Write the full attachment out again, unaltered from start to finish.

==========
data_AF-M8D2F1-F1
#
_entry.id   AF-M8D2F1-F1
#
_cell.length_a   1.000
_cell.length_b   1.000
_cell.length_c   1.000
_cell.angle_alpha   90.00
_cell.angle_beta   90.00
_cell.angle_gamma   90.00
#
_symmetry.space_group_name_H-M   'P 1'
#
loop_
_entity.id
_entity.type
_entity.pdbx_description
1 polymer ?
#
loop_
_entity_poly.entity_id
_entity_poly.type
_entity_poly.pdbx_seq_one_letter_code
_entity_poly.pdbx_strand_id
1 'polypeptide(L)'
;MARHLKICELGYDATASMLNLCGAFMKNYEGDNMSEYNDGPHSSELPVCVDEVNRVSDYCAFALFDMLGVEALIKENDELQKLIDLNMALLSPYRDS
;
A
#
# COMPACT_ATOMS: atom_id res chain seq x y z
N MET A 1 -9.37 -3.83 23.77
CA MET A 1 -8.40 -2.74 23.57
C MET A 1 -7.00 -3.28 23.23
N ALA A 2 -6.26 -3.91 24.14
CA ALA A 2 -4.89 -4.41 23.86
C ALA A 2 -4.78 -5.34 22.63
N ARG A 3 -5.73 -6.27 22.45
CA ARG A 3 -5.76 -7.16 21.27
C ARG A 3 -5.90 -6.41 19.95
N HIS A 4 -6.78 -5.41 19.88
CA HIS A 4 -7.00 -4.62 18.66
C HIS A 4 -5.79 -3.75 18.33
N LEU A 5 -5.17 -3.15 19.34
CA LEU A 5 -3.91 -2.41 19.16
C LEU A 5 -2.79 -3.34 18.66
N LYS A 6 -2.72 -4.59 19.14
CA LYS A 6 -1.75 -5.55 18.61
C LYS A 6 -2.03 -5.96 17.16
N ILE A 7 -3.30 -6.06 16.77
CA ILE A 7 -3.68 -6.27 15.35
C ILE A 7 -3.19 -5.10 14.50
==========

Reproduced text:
data_AF-M8D2F1-F1
#
_entry.id   AF-M8D2F1-F1
#
_cell.length_a   1.000
_cell.length_b   1.000
_cell.length_c   1.000
_cell.angle_alpha   90.00
_cell.angle_beta   90.00
_cell.angle_gamma   90.00
#
_symmetry.space_group_name_H-M   'P 1'
#
loop_
_entity.id
_entity.type
_entity.pdbx_description
1 polymer ?
#
loop_
_entity_poly.entity_id
_entity_poly.type
_entity_poly.pdbx_seq_one_letter_code
_entity_poly.pdbx_strand_id
1 'polypeptide(L)'
;MARHLKICELGYDATASMLNLCGAFMKNYEGDNMSEYNDGPHSSELPVCVDEVNRVSDYCAFALFDMLGVEALIKENDELQKLIDLNMALLSPYRDS
;
A
#
# COMPACT_ATOMS: atom_id res chain seq x y z
N MET A 1 -9.37 -3.83 23.77
CA MET A 1 -8.40 -2.74 23.57
C MET A 1 -7.00 -3.28 23.23
N ALA A 2 -6.26 -3.91 24.14
CA ALA A 2 -4.89 -4.41 23.86
C ALA A 2 -4.78 -5.34 22.63
N ARG A 3 -5.73 -6.27 22.45
CA ARG A 3 -5.76 -7.16 21.27
C ARG A 3 -5.90 -6.41 19.95
N HIS A 4 -6.78 -5.41 19.88
CA HIS A 4 -7.00 -4.62 18.66
C HIS A 4 -5.79 -3.75 18.33
N LEU A 5 -5.17 -3.15 19.34
CA LEU A 5 -3.91 -2.41 19.16
C LEU A 5 -2.79 -3.34 18.66
N LYS A 6 -2.72 -4.59 19.14
CA LYS A 6 -1.75 -5.55 18.61
C LYS A 6 -2.03 -5.96 17.16
N ILE A 7 -3.30 -6.06 16.77
CA ILE A 7 -3.68 -6.27 15.35
C ILE A 7 -3.19 -5.10 14.50